US and UK blame Iran for deadly attack on oil tanker off Oman | World Weekly

US and UK blame Iran for deadly attack on oil tanker off Oman

 | World Weekly


Update on US-Iran Tensions

The United States and the United Kingdom have blamed Iran for a drone attack last night on an oil tanker in the Gulf that killed a Briton and a Romanian, an attack that threatened to escalate tensions between Tehran and the West.

In separate statements on Sunday, Washington and London said they were working with partners to respond to the attack on MV Mercer Street, operated by the Israeli-owned Zodiac Maritime, as the incident occurred in international waters near Oman.

Anthony Blinken, the US Secretary of State, said Washington was “confident that Iran carried out this attack.” Such actions, he added, “threaten the freedom of navigation through this vital waterway, international navigation and trade and the lives of those on board the ships concerned.”

Dominic Raab, the UK’s foreign secretary, said Britain believed the attack “was deliberate, targeted and a clear violation of international law by Iran”.

“Iran must end such attacks, and ships must be allowed to move freely in accordance with international law,” Raab said. “The UK is working with our international partners on a coordinated response to this unacceptable attack.”

Israel has previously blamed Iran for the attack. On Sunday, Tehran dismissed Israel’s claims, with Iran’s Foreign Ministry warning Israel that “if you sow the wind, you reap the whirlwind.”

The two regional aggressors engaged in a war in which the two countries blamed the other for targeting their ships.

Iran also accused Israel of assassinating a senior nuclear scientist and attacking its main uranium enrichment site at the Natanz nuclear facility.

The British Foreign Office said “reports indicate” that since February at least three other ships linked to Israel have been attacked in the area.

She added that Iran was “almost certainly responsible” for the attacks on two ships in the Gulf of Oman in 2019. Those attacks shook the global shipping and oil industries as the waterways in the Gulf, especially the Strait of Hormuz, are vital and stifling trade routes. Point for crude oil exports from the oil-rich region.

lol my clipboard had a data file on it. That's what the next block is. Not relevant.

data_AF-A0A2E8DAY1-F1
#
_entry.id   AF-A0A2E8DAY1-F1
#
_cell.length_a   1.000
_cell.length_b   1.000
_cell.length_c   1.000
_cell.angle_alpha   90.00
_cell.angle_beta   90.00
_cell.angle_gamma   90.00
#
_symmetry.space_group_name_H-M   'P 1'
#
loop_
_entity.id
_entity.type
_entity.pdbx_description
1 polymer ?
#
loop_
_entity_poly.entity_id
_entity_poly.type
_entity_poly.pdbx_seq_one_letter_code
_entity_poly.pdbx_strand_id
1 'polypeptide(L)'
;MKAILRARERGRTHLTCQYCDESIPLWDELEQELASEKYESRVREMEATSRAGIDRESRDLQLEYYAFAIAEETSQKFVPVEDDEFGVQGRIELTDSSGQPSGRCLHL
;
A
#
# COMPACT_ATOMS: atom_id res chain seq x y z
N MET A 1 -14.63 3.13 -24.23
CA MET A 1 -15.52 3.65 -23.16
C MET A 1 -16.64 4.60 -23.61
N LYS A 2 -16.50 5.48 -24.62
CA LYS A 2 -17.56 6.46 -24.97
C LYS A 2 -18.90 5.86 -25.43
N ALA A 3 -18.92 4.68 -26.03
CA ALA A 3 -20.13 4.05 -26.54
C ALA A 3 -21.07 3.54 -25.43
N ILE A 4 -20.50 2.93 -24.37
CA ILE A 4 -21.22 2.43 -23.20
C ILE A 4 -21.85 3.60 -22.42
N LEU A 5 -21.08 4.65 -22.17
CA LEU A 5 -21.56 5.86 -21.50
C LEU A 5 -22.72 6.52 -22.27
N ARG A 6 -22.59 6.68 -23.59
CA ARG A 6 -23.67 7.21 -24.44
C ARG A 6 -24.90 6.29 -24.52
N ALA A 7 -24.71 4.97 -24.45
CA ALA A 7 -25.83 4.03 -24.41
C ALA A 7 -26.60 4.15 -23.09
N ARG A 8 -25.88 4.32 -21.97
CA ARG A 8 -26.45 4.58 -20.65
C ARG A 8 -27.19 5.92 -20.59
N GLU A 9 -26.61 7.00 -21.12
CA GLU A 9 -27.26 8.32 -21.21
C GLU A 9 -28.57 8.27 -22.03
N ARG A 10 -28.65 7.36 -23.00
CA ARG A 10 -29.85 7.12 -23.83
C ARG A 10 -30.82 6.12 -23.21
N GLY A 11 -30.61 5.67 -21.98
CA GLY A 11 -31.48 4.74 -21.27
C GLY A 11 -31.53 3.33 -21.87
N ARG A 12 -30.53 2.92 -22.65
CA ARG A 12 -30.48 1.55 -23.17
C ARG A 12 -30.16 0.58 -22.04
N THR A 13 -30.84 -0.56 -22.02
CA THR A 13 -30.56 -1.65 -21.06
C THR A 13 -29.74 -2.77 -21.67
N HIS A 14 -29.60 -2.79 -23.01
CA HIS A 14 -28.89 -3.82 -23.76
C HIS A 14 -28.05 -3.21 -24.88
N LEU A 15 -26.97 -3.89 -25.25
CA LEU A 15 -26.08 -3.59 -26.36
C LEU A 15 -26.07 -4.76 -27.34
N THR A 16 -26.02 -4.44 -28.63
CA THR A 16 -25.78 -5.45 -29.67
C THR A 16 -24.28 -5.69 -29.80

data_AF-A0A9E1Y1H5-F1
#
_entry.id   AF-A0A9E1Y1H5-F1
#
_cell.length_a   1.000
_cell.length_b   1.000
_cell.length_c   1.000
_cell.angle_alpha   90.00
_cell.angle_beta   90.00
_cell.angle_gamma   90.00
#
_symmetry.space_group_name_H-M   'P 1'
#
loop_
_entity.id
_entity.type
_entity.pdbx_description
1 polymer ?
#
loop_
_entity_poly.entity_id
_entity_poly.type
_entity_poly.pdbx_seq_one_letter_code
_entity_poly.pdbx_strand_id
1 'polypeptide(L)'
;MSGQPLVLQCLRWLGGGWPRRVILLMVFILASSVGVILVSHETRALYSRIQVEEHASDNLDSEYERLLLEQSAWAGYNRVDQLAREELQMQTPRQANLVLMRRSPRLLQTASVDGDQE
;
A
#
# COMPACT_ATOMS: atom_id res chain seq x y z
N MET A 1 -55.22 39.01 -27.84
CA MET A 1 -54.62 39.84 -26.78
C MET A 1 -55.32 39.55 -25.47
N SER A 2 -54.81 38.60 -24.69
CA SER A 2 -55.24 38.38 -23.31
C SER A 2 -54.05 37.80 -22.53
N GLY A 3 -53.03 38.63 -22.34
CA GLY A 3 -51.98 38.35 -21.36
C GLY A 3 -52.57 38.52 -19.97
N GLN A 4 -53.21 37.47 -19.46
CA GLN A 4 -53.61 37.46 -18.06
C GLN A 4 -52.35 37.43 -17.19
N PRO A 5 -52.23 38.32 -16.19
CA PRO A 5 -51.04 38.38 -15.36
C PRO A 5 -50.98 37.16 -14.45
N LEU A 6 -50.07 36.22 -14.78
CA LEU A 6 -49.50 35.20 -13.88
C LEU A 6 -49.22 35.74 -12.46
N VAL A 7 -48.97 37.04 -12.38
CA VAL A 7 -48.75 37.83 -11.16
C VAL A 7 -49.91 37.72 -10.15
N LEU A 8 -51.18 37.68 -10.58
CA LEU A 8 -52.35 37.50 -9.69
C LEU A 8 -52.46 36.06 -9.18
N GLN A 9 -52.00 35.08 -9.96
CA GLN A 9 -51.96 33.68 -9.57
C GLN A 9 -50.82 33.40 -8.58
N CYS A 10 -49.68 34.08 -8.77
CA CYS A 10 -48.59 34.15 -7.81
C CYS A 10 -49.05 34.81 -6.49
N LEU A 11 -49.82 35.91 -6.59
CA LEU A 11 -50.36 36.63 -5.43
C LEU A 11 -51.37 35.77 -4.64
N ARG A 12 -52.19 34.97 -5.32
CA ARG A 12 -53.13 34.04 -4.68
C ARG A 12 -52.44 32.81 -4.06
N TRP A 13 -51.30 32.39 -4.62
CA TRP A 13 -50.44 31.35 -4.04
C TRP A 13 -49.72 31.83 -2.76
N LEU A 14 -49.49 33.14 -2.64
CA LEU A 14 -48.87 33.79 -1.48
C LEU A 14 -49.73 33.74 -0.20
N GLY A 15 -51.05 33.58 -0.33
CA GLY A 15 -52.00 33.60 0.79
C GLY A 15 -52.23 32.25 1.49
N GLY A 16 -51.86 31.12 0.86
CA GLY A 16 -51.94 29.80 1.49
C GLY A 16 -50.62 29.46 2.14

The tanker attacks in 2019, which caused limited damage, occurred a year after Donald Trump, then US president, unilaterally withdrew from the nuclear deal that Tehran signed with world powers and imposed waves of devastating sanctions on the Islamic Republic.

Hopes that tensions would abate were raised after the election of Joe Biden, who pledged that the United States would rejoin the 2015 nuclear deal if Iran returned to full compliance with the accord.

The Biden administration was indirectly negotiating with Tehran, which has held a series of talks with the remaining signatories to the agreement, namely the United Kingdom, France, Germany, Russia and China.

But the deadly attack on the tanker threatened to complicate a complex and fragile operation.

Nuclear talks have in fact been suspended since Ebrahim Raisi, a hard-line cleric, won Iran’s presidential election in June. Raisi takes office this week, replacing Hassan Rouhani, the pragmatist who was the architect of the nuclear deal and completed his second and final term.

Raisi said he would continue negotiations on the nuclear deal. But with hardliners wary of engaging the West in complete control of all branches of the state, Iran will take a tougher line. Tehran insisted that Washington lift all sanctions before it scaled back its nuclear activities in line with the 2015 deal.

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